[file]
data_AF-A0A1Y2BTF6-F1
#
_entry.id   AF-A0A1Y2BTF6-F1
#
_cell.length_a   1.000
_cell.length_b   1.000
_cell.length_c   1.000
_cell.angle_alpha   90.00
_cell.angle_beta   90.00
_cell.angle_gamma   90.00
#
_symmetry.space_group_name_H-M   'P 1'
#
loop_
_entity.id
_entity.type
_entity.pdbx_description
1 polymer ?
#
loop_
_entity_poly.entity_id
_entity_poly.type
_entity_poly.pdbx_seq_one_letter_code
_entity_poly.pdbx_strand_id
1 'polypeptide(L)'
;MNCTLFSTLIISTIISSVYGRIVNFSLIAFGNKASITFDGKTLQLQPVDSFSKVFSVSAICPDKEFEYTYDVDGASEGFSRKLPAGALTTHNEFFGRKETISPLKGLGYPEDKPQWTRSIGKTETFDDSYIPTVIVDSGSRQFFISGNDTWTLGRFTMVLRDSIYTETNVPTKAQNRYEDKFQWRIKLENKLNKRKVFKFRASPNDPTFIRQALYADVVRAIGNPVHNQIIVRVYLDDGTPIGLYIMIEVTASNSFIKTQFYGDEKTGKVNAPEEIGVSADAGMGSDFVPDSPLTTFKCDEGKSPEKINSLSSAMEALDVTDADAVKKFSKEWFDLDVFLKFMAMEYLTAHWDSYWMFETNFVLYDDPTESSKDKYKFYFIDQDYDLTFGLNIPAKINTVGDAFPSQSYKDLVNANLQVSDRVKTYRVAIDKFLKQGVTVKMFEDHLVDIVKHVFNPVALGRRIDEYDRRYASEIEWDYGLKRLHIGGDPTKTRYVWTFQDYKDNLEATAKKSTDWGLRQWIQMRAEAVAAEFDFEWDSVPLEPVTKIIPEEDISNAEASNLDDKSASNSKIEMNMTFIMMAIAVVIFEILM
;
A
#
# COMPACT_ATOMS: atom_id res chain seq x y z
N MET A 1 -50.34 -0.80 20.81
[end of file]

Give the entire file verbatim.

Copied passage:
data_AF-A0A1Y2BTF6-F1
#
_entry.id   AF-A0A1Y2BTF6-F1
#
_cell.length_a   1.000
_cell.length_b   1.000
_cell.length_c   1.000
_cell.angle_alpha   90.00
_cell.angle_beta   90.00
_cell.angle_gamma   90.00
#
_symmetry.space_group_name_H-M   'P 1'
#
loop_
_entity.id
_entity.type
_entity.pdbx_description
1 polymer ?
#
loop_
_entity_poly.entity_id
_entity_poly.type
_entity_poly.pdbx_seq_one_letter_code
_entity_poly.pdbx_strand_id
1 'polypeptide(L)'
;MNCTLFSTLIISTIISSVYGRIVNFSLIAFGNKASITFDGKTLQLQPVDSFSKVFSVSAICPDKEFEYTYDVDGASEGFSRKLPAGALTTHNEFFGRKETISPLKGLGYPEDKPQWTRSIGKTETFDDSYIPTVIVDSGSRQFFISGNDTWTLGRFTMVLRDSIYTETNVPTKAQNRYEDKFQWRIKLENKLNKRKVFKFRASPNDPTFIRQALYADVVRAIGNPVHNQIIVRVYLDDGTPIGLYIMIEVTASNSFIKTQFYGDEKTGKVNAPEEIGVSADAGMGSDFVPDSPLTTFKCDEGKSPEKINSLSSAMEALDVTDADAVKKFSKEWFDLDVFLKFMAMEYLTAHWDSYWMFETNFVLYDDPTESSKDKYKFYFIDQDYDLTFGLNIPAKINTVGDAFPSQSYKDLVNANLQVSDRVKTYRVAIDKFLKQGVTVKMFEDHLVDIVKHVFNPVALGRRIDEYDRRYASEIEWDYGLKRLHIGGDPTKTRYVWTFQDYKDNLEATAKKSTDWGLRQWIQMRAEAVAAEFDFEWDSVPLEPVTKIIPEEDISNAEASNLDDKSASNSKIEMNMTFIMMAIAVVIFEILM
;
A
#
# COMPACT_ATOMS: atom_id res chain seq x y z
N MET A 1 -50.34 -0.80 20.81